It is a stereotype thing, as long as auditors are concerned, audit report is supposed to be a mere true and fair view of an account, but when if you are to prove or disprove an allegation of fraud, there must be a forensic accounting investigation and report. It might have been tampered with, ours is not to determine whether the suspect is guilty or not, but to give a better interpretation to the evidences. It impacts on the financial sector of the economy.
There are lots of procedures in forensic that you cannot violate like that chain of command, you have to know how the evidences were taken and preserved to avoid cases of tampering with evidence in our court. One major weapon accountants have is the use of questions or the interview technique in conducting auditing jobs; there is no way you can start working without questioning, that is the most critical thing, but not many accountants know its utmost usage, in forensic, we call this embedded incompetence. What actually determines the success of the forensic report is the interview technique.
Forensic Accounting ensures: (a)Assessment of the damages caused by auditor’s negligence. (b)Fact finding to see whether embezzlement has taken place. (c)Collection of evidences in a criminal processing. (d)Investigating and analyzing financial evidence. (e)Using CAAT, Data Mining and other computer tools for forensic accounting. (f)Developing computerized applications to assist in the analysis and presentation of financial evidence, signature evaluation and field inquiry. (g)Communicating the findings in the form of reports, exhibits and collections of documents. h)Assisting in legal proceedings, including testifying in courts, as an expert witness and preparing visual aids to support trial evidence. Examples of forensic accounting crimes are embezzlement, waste, theft and misrepresenting a company’s financial statements. Forensic accountants are specialized witnesses in court cases. Forensic accounting vs. Chartered Accountants Former ICAI President Message!! : CA. Ved Jain “Forensic Accounting encompasses the use of accounting/auditing, investigative skills, data mining and the use of the computer as an audit tool.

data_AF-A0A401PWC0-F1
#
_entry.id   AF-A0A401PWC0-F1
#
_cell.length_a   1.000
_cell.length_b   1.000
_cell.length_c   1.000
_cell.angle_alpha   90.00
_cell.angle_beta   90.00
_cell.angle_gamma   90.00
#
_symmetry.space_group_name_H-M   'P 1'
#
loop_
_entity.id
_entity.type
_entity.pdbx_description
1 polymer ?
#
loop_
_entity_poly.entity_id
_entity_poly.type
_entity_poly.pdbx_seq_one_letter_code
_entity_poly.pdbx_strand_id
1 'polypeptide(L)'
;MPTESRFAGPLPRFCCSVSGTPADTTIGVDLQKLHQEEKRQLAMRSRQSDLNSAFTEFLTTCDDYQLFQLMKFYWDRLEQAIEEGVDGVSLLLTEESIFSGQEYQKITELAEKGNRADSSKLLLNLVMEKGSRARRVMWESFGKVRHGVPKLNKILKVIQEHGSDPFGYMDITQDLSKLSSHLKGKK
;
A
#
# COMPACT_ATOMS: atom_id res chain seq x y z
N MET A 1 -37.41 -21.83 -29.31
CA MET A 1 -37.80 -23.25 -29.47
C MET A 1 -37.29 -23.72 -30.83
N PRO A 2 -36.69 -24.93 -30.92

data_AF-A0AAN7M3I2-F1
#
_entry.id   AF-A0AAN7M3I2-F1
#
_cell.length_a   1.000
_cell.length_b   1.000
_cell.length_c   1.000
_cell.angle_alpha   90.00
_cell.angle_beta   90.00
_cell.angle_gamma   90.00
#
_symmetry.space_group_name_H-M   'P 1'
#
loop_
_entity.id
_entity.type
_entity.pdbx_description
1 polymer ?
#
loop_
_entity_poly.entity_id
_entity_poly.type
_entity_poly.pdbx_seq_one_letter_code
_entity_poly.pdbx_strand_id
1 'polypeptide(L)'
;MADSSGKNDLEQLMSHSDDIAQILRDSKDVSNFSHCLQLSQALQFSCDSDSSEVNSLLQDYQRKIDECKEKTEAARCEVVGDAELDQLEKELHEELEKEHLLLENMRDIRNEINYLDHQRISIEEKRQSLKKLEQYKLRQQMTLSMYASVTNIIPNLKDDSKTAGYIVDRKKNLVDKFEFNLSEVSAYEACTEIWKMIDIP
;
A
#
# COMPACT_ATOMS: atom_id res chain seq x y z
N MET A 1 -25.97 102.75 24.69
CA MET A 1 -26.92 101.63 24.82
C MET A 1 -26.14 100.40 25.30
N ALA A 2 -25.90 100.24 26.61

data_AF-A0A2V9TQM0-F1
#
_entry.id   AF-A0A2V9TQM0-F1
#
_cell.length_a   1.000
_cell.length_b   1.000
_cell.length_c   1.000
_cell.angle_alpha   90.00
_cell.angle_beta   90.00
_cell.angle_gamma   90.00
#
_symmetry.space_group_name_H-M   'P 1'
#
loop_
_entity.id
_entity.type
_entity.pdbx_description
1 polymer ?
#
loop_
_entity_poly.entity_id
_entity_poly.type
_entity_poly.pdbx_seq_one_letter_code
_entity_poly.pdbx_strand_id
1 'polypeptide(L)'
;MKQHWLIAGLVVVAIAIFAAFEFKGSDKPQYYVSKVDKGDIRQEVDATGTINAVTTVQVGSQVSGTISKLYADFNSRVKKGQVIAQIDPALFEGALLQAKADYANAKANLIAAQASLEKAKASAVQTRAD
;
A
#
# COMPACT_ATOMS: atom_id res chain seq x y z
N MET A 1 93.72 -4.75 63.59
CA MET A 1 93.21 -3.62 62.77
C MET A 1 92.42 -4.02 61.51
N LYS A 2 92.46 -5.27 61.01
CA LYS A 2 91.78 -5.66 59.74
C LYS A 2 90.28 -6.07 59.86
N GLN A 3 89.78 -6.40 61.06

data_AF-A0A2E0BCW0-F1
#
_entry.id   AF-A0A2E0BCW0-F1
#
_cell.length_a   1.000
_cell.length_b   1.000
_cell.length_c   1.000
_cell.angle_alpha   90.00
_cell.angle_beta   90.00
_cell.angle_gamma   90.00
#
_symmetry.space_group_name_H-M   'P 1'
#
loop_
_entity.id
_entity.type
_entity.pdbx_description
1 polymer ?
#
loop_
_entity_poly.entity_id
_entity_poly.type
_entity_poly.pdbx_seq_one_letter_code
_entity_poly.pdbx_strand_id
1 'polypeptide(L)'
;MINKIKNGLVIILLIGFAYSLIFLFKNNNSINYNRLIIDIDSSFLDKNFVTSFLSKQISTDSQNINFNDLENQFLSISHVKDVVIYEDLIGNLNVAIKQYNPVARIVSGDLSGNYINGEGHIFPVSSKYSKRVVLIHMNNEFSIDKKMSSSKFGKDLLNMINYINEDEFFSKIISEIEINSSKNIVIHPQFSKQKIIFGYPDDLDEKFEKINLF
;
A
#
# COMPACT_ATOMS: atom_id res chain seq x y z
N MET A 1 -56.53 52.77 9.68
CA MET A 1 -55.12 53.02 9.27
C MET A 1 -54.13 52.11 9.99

Chartered accountants, with their sound grounding in accounting/auditing, are the most appropriate professionals to offer forensic accounting and fraud detection services. It will help members in acquiring investigative skills required to uncover corporate/business frauds, measure result damage and provide support/counsel by applying accounting and auditing principles for the detection of frauds to add to the capacity, capabilities and skills of our professionals with the overall objective of making them the best in the world. ” Maurice E.
Peloubet said that the preparation of financial statements has some but not all of the characteristics of forensic accounting. This statement is enough for the Chartered Accountants in India to foray in this field. It is a new child on the block. Chartered Accountants are going to find themselves more involved in what is essentially a type of forensic practice. The changing nature of the Accounting and Auditing & assurance standards also confirms this. The day is not far away when forensic practice will contribute to the total revenue of the Indian CA firm.
The traditional role of an auditor has now expanded with recent increase of national (Global Trust Bank, Satyam) and international corporate failures (Enron, WorldCom, HIH), hence the traditional role has now extended into reviewing the adequacy of fraud risk management procedures and assessing the potential impact of the fraud and containing such incidences. How do you position forensic accounting in the fight against corruption? Forensic accountants play key roles in the fight against corruption. As a forensic accountant we have what we call ‘NET WORTH’ analysis.
It is so easy to investigate illegal incomes. Like the story of Al Capon, the Mafia boss in the US, he was so smart and so sure of himself that nothing could be traced to him, but he forgot the issue of net worth; they just asked him that this was how much you were worth at so so time, how then are you this worth at this time? That was how he was nailed and he died in jail. Generally, with forensic accounting, it is easier to fight against corruption. Now there are certain principles to investigate money laundering all over the world.